BY MAIRE O’NEILL
A visiting PhD at Los Alamos National Laboratory, Luke McClintock was injured Sunday afternoon while running on a trail in Rendija Canyon below the Los Alamos Sportsmen’s Club.
McClintock told the Los Alamos Reporter that he was running close to the totem on the trail with one ear bud in his ear. He said the feral cow was about 10 feet off the trail and all of a sudden he made eye contact with it. The cow rushed him and knocked him over.
“I heard it before I even saw it and barely dodged out of the way of the full charge, but it crushed my foot and tore my sock and shoe off,” McClintock said. “I was able to climb a small cliff to escape and limped to the Sportsmen’s Club for help.”
He called the number given for the Sportsmen’s Club online and shooting was shut down at the Club while McClintock was located and brought out by Steve McKelvey and others who were at the Club at the time.
“They got me to a vehicle that took me to the Los Alamos Medical Center emergency room for x-rays and now I’m in a boot,” McClintock said. ” I won’t be running that trail or any trail for a while it seems.”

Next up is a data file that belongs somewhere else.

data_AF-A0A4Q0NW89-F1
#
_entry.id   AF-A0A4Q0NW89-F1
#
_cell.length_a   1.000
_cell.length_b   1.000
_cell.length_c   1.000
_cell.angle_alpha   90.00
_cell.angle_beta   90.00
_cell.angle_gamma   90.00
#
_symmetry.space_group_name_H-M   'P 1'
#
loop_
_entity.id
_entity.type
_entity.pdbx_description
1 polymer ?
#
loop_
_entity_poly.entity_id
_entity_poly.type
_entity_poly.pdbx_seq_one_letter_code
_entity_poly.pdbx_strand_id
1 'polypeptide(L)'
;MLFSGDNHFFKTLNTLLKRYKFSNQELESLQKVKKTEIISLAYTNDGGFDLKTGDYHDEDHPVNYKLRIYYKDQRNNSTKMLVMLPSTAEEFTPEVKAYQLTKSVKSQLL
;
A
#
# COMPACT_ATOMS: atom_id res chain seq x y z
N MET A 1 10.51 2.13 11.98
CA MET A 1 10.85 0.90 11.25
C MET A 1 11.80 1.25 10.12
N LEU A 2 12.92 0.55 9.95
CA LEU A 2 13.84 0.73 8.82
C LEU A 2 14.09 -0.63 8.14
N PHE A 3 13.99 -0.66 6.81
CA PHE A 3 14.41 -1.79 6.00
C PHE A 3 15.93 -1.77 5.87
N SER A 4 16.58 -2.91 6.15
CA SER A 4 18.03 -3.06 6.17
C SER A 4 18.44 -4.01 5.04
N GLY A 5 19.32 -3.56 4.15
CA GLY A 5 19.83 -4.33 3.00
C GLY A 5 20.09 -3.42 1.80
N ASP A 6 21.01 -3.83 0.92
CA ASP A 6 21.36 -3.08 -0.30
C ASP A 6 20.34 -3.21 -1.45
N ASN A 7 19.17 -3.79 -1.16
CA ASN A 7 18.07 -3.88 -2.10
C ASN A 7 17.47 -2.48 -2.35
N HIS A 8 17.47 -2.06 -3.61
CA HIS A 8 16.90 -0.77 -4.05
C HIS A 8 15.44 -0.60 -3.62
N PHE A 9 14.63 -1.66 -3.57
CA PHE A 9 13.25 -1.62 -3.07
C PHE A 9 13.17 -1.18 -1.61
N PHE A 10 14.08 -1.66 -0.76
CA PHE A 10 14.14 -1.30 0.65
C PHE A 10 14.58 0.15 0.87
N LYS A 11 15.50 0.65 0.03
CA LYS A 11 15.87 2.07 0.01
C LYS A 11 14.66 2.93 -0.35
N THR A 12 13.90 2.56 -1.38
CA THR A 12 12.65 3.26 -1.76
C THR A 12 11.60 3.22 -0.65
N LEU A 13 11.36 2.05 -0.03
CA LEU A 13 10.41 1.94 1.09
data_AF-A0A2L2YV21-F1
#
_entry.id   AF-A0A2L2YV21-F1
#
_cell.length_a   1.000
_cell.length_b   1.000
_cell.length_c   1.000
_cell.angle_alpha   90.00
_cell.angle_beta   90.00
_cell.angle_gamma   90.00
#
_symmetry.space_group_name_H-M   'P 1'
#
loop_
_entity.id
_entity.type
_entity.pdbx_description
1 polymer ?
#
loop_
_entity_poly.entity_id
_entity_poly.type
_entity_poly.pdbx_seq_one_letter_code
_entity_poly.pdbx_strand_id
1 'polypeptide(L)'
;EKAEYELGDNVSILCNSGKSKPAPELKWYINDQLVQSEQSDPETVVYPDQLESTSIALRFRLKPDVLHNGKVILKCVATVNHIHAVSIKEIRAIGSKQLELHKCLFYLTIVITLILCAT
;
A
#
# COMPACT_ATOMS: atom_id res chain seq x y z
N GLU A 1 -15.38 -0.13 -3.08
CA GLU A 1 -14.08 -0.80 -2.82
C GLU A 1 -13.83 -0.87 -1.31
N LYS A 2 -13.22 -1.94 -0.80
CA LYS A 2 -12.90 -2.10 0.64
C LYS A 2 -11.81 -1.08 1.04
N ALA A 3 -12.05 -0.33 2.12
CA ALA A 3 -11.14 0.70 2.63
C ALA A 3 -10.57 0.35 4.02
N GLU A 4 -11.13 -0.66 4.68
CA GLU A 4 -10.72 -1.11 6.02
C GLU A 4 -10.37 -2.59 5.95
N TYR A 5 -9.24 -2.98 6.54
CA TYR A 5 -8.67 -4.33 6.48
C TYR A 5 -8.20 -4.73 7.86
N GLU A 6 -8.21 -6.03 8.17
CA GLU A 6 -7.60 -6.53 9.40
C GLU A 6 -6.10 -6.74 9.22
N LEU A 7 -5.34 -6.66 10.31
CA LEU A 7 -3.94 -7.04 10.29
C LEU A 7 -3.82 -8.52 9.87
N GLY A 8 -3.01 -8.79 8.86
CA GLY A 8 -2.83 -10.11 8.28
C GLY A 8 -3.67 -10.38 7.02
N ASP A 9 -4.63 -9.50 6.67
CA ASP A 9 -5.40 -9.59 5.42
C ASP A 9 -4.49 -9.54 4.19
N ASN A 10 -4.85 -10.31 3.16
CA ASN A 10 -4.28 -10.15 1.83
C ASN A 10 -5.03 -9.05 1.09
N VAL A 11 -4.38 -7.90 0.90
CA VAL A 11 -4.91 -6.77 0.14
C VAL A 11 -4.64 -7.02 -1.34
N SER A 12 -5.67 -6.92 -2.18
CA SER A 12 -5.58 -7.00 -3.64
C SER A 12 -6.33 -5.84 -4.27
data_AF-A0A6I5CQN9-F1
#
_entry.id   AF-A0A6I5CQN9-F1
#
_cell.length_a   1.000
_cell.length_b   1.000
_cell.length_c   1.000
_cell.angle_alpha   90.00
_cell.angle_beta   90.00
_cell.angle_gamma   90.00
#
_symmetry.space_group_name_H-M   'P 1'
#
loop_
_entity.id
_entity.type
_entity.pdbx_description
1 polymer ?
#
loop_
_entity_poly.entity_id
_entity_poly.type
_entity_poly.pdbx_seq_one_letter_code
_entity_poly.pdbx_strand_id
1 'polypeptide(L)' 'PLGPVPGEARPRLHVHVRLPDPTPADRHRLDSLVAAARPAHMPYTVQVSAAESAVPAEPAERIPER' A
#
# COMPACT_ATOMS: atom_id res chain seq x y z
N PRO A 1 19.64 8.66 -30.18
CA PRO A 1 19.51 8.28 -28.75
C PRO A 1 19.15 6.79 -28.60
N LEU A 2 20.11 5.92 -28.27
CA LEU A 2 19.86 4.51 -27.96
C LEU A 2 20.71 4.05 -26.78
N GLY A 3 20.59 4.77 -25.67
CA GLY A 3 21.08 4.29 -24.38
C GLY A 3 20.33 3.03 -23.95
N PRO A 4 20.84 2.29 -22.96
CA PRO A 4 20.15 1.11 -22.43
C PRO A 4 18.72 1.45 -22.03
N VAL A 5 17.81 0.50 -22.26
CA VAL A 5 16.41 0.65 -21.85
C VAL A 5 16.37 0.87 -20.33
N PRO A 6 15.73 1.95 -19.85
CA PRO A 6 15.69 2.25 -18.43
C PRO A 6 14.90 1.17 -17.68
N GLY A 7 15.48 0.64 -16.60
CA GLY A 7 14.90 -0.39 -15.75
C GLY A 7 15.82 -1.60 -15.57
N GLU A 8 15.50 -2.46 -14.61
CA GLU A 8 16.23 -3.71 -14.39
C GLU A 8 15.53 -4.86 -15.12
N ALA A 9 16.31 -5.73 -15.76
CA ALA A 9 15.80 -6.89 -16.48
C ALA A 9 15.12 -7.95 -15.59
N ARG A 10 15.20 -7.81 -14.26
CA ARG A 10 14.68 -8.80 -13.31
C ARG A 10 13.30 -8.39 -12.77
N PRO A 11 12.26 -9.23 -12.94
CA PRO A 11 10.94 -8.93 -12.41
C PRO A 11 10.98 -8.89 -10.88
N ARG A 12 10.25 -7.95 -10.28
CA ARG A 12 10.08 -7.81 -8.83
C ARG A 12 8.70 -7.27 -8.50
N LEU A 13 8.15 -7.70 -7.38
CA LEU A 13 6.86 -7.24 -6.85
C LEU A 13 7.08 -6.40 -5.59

McClintock won a fellowship to come to LANL for two years from the University of California-Davis to finish his PhD in Physics.
The Reporter reached out to Eric Peterson who manages Open Spaces & Trails for Los Alamos County. Peterson confirmed that the trail in question is on property currently owned by the Department of Energy.
In April, May and June this year, Los Alamos County hired a contractor to remove feral cattle from the area in conjunction with the Pueblo of San Ildefonso, however, not all the cattle have been removed. A large black bull was spotted near Guaje Pines Cemetery over the weekend. The Department of Energy has been working with the County on a proposed transfer of land in Rendija Canyon to the County.